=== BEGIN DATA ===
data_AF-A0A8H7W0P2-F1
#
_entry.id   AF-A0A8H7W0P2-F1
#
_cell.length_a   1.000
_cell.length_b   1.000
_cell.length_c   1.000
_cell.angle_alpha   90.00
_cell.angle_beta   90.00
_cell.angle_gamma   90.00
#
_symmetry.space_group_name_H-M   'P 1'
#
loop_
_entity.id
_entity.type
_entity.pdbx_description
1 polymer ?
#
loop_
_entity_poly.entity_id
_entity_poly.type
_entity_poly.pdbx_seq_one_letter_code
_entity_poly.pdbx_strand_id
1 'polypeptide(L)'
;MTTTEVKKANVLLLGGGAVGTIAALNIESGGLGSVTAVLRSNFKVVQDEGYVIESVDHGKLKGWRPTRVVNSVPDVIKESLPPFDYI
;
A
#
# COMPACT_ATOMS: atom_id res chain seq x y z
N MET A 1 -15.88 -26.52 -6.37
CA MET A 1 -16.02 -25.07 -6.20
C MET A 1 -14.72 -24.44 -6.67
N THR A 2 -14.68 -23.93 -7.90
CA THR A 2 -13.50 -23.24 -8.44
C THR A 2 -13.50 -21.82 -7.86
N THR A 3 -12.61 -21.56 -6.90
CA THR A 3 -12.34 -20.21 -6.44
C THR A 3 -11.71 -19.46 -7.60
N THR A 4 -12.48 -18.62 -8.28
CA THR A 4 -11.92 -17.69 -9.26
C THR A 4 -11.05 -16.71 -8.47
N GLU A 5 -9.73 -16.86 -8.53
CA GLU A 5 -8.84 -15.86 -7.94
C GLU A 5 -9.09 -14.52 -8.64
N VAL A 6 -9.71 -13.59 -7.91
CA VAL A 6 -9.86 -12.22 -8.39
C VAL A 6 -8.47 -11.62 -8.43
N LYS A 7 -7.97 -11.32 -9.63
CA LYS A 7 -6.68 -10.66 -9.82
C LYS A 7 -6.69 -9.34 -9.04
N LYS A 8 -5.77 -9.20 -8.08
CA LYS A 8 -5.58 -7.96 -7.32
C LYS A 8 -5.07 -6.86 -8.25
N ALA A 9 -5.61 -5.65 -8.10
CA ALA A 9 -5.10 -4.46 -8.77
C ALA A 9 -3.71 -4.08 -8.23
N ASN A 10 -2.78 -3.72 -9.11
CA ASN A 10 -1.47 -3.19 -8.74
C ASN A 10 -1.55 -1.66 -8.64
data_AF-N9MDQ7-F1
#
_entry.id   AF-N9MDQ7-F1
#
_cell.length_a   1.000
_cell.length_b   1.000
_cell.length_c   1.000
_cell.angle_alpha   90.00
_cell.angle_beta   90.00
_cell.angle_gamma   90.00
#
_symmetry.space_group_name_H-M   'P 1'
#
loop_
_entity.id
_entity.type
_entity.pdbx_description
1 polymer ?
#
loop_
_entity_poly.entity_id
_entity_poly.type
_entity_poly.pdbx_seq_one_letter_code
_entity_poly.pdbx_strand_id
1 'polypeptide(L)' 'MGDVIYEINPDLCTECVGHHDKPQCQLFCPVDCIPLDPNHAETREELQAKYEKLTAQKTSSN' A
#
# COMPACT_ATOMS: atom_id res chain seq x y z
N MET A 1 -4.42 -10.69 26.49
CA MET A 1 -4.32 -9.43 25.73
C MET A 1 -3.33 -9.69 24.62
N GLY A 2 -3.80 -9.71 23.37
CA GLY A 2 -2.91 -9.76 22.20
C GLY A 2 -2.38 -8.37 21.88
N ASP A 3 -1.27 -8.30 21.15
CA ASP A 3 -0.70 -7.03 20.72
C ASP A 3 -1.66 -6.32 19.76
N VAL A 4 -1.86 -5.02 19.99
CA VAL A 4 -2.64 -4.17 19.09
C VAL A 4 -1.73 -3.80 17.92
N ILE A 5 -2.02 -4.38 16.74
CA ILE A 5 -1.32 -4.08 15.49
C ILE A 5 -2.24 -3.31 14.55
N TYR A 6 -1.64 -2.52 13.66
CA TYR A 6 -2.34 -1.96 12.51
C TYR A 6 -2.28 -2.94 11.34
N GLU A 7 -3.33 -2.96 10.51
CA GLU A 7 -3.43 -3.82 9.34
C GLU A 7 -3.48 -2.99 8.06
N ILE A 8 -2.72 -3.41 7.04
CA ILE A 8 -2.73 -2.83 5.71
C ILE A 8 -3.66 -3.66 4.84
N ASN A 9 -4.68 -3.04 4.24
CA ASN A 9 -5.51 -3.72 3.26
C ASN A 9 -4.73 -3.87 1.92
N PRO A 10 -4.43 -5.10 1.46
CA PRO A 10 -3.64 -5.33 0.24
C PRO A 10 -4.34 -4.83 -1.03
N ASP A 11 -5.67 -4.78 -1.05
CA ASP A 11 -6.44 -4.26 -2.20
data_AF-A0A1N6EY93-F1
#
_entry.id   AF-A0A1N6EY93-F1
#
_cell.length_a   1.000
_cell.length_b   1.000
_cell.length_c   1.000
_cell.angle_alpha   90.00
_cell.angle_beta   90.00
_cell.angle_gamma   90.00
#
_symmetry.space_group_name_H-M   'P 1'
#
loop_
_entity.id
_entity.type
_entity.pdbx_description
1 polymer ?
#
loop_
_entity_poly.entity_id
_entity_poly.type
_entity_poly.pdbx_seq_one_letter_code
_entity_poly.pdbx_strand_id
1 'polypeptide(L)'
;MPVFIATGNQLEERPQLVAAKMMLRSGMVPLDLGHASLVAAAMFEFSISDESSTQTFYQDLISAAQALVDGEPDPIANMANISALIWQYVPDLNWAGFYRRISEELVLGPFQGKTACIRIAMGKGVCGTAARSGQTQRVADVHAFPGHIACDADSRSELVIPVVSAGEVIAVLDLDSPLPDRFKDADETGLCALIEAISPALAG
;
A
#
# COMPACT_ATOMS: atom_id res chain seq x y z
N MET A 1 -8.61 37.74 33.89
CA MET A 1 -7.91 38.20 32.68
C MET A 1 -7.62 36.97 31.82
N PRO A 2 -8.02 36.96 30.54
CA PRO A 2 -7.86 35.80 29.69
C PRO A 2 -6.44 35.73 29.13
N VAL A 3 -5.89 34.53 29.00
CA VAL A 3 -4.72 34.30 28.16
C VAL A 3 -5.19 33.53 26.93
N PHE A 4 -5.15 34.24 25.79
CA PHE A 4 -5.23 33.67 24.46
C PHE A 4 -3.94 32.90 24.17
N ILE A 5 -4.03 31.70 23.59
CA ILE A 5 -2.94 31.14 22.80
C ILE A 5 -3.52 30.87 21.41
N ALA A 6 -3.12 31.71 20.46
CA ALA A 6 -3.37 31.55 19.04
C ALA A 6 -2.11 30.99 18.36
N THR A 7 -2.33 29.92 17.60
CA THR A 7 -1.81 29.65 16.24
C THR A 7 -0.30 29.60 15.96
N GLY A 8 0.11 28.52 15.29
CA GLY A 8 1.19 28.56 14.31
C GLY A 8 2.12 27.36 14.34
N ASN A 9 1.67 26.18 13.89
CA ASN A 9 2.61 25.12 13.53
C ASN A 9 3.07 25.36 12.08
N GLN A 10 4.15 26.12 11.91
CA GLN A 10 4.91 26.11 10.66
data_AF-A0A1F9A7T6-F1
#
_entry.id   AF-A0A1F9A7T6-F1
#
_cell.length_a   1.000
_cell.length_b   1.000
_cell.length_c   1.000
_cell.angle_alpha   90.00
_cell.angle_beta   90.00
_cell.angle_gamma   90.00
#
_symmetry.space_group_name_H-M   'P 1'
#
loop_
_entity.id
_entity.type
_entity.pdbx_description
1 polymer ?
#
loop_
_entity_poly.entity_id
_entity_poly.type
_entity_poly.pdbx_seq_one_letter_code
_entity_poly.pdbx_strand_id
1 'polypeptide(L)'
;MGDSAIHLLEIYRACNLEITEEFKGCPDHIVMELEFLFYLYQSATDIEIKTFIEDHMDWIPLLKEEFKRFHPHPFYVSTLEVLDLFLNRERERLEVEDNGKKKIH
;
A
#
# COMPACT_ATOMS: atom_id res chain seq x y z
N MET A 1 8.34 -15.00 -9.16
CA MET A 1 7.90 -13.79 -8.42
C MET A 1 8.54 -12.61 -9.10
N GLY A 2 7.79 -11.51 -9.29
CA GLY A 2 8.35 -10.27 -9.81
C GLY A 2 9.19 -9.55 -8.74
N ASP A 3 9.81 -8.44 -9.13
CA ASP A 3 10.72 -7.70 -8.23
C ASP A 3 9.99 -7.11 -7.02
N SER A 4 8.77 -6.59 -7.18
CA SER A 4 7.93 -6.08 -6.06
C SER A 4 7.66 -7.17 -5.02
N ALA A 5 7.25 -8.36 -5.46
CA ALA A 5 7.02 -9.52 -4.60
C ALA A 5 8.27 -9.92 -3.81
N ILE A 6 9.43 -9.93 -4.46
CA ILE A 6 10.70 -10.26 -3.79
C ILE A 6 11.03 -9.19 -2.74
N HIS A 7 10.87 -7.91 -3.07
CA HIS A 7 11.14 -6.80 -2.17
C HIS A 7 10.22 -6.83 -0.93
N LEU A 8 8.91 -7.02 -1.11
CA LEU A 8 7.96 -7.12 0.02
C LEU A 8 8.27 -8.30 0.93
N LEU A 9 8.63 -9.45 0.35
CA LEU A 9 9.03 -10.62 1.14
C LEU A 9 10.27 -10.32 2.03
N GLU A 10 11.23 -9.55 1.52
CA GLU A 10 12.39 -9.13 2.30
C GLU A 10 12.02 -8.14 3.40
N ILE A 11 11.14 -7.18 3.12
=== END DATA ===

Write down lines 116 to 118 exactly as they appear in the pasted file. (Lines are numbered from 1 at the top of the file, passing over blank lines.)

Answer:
CA PRO A 10 -3.64 -5.33 0.24
C PRO A 10 -4.34 -4.83 -1.03
N ASP A 11 -5.67 -4.78 -1.05